• Confusing Arranging with Composition: Many Worship Leaders and their teams take their material from digital recordings instead of printed music. This leads to two unfortunate things:  The first is the process of replication of recordings rather than the original production of music.  To me this process is a surrender of our personal musicianship to some other Worship Leader.  I treat this phenomenon in an article at my ministry website.[5]  The other unfortunate practice is the misunderstanding of the differences between arranging a song and writing a song.  When the Worship Team simply replicates someone else’s craftsmanship, they treat the way the other leader presents the song with the song itself as if his/her arranging techniques are a part of the song.  A more excellent way is to reduce the song to its basic form and then put it together yourself.  That is the calling of a Chief Musician. Just because the original Worship Leader repeated a phrase 7 shouldn’t mean that you have to as well.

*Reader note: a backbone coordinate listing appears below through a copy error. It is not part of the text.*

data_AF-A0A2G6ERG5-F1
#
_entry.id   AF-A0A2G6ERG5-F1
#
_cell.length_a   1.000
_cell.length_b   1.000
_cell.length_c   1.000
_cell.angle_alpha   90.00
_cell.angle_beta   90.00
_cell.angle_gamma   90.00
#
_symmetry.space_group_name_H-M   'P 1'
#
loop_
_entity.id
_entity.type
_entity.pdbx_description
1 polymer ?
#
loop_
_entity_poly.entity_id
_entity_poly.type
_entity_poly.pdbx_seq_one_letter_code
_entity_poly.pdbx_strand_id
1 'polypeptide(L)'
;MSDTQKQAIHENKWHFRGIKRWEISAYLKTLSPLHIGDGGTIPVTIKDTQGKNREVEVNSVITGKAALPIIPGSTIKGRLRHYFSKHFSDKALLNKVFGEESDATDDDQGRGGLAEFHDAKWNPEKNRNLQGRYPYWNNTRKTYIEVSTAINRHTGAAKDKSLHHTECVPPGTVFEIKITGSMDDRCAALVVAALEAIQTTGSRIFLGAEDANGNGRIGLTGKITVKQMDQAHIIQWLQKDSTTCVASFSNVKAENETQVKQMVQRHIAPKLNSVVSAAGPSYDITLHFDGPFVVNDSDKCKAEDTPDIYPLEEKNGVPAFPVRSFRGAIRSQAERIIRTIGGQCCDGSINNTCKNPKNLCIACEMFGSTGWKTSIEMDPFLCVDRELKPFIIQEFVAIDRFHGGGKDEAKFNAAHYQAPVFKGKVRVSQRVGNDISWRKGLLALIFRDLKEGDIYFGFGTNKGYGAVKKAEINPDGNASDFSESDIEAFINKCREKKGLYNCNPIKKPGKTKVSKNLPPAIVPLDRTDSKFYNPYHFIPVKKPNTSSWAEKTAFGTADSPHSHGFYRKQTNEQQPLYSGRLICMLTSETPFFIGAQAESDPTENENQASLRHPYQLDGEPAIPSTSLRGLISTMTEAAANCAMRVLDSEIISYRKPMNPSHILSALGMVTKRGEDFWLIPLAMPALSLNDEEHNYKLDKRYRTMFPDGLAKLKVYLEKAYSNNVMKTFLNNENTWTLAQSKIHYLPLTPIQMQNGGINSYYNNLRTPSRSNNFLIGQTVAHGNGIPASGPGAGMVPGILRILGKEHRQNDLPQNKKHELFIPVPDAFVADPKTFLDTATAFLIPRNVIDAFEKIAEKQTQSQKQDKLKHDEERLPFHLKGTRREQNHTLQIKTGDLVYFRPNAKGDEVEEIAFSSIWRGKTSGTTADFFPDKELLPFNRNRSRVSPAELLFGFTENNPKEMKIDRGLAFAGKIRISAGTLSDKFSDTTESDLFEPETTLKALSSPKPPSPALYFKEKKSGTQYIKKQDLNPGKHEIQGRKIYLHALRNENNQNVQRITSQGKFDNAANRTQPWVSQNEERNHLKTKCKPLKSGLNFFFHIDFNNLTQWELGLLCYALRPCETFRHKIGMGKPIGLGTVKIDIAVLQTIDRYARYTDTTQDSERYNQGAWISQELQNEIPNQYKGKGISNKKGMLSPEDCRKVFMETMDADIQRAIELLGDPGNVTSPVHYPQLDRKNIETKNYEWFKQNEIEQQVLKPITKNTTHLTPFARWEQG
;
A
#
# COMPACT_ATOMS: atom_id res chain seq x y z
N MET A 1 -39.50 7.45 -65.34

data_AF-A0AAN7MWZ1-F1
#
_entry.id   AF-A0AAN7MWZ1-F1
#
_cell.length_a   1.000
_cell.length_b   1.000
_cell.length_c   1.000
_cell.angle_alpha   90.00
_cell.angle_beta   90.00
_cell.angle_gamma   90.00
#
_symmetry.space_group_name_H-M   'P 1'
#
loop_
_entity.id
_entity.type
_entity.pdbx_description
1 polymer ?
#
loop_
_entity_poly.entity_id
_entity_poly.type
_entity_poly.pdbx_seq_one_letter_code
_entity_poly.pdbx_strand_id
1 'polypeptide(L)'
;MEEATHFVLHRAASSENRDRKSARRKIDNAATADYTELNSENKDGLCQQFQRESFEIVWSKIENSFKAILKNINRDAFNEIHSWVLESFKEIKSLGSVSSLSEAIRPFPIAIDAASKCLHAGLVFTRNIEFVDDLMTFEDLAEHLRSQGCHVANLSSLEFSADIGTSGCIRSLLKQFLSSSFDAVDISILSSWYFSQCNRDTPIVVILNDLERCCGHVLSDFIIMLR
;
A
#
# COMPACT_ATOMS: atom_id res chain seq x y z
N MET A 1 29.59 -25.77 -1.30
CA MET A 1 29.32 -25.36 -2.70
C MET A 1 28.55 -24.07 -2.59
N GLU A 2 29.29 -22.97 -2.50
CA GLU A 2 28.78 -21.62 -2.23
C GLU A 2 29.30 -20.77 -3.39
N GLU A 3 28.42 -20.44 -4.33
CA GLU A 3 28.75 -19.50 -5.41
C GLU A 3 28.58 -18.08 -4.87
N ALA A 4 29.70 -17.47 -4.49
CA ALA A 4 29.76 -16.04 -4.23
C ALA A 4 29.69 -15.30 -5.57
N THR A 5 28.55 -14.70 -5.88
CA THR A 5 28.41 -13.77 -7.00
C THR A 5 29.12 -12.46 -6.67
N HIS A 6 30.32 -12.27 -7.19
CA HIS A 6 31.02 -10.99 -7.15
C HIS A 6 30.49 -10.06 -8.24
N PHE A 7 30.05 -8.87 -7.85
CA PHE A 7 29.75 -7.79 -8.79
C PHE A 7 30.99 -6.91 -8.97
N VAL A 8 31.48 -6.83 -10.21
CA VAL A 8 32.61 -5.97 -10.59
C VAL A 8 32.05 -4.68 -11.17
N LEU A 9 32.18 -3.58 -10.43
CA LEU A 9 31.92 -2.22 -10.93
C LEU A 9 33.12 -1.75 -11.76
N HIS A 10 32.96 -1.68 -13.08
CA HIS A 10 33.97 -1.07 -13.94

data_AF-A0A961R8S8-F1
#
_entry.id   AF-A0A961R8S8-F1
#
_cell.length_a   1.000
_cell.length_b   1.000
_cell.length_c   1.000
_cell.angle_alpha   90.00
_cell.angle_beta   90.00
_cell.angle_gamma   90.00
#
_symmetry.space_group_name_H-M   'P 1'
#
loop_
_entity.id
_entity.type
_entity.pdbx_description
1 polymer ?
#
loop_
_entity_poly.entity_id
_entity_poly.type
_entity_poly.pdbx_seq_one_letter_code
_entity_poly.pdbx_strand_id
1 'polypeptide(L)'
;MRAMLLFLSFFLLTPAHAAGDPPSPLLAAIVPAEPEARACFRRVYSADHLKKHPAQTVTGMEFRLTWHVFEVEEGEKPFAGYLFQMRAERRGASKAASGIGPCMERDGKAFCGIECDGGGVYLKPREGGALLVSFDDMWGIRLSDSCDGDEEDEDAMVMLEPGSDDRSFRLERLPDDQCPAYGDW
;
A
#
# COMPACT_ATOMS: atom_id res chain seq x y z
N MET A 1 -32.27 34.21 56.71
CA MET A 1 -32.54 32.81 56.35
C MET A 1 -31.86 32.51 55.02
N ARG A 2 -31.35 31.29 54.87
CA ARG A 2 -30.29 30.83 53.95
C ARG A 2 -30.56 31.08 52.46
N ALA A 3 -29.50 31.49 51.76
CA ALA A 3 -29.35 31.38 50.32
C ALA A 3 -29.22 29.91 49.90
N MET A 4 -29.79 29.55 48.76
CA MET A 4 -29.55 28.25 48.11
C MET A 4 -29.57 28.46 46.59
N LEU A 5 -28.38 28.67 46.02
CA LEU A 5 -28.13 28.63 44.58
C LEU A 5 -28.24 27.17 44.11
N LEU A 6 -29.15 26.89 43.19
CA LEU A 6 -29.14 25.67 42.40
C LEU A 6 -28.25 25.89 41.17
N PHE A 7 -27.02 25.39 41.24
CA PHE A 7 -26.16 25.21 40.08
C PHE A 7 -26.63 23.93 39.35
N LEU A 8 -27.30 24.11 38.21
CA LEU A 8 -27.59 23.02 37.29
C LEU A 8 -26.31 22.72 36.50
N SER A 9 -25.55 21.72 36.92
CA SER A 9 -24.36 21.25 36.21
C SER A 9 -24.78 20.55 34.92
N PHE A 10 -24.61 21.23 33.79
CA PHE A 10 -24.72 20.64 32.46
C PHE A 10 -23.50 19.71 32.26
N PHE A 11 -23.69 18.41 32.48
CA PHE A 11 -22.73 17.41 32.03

I am sure there are other hazards to be avoided. In such demanding crafts, there are always more ways to do it wrong than there are to do it right.  Each Worship Leader and each Lead Worshiper must be a student of the Word and of the ways of the Holy Spirit—Spirit and truth!

The Benefits of the Congregational Song Form
It is time to flip the coin over and see the positive side.  With effective Congregational Songs we can see:

  • A fully engaged congregation worshiping God free from distractions,
  • Smooth settings of each song in the keys they were meant to use enabling full participation,